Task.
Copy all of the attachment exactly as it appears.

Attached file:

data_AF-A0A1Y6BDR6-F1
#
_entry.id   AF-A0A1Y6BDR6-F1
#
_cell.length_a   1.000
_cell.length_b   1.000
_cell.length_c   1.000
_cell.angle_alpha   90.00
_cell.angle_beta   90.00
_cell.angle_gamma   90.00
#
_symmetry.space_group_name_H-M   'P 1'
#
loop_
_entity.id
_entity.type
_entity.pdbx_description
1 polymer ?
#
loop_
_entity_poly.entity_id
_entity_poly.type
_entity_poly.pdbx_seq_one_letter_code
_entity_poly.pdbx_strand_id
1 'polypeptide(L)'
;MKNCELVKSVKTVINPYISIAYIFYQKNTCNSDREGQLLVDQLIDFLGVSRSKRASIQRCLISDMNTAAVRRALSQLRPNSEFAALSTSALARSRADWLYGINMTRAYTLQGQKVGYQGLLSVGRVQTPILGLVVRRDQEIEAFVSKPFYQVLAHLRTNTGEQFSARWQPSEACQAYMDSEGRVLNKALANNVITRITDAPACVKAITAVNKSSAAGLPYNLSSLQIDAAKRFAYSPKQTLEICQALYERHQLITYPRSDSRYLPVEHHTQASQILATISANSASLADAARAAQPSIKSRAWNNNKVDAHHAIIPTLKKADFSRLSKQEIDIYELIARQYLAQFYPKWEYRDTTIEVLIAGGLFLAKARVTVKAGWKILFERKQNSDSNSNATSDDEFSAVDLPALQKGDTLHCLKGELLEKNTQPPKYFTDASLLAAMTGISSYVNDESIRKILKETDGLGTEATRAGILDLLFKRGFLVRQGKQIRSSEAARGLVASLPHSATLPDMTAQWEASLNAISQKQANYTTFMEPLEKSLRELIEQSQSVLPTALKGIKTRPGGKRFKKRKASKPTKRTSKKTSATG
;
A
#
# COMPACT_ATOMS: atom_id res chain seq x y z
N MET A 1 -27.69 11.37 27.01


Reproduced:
data_AF-A0A1Y6BDR6-F1
#
_entry.id   AF-A0A1Y6BDR6-F1
#
_cell.length_a   1.000
_cell.length_b   1.000
_cell.length_c   1.000
_cell.angle_alpha   90.00
_cell.angle_beta   90.00
_cell.angle_gamma   90.00
#
_symmetry.space_group_name_H-M   'P 1'
#
loop_
_entity.id
_entity.type
_entity.pdbx_description
1 polymer ?
#
loop_
_entity_poly.entity_id
_entity_poly.type
_entity_poly.pdbx_seq_one_letter_code
_entity_poly.pdbx_strand_id
1 'polypeptide(L)'
;MKNCELVKSVKTVINPYISIAYIFYQKNTCNSDREGQLLVDQLIDFLGVSRSKRASIQRCLISDMNTAAVRRALSQLRPNSEFAALSTSALARSRADWLYGINMTRAYTLQGQKVGYQGLLSVGRVQTPILGLVVRRDQEIEAFVSKPFYQVLAHLRTNTGEQFSARWQPSEACQAYMDSEGRVLNKALANNVITRITDAPACVKAITAVNKSSAAGLPYNLSSLQIDAAKRFAYSPKQTLEICQALYERHQLITYPRSDSRYLPVEHHTQASQILATISANSASLADAARAAQPSIKSRAWNNNKVDAHHAIIPTLKKADFSRLSKQEIDIYELIARQYLAQFYPKWEYRDTTIEVLIAGGLFLAKARVTVKAGWKILFERKQNSDSNSNATSDDEFSAVDLPALQKGDTLHCLKGELLEKNTQPPKYFTDASLLAAMTGISSYVNDESIRKILKETDGLGTEATRAGILDLLFKRGFLVRQGKQIRSSEAARGLVASLPHSATLPDMTAQWEASLNAISQKQANYTTFMEPLEKSLRELIEQSQSVLPTALKGIKTRPGGKRFKKRKASKPTKRTSKKTSATG
;
A
#
# COMPACT_ATOMS: atom_id res chain seq x y z
N MET A 1 -27.69 11.37 27.01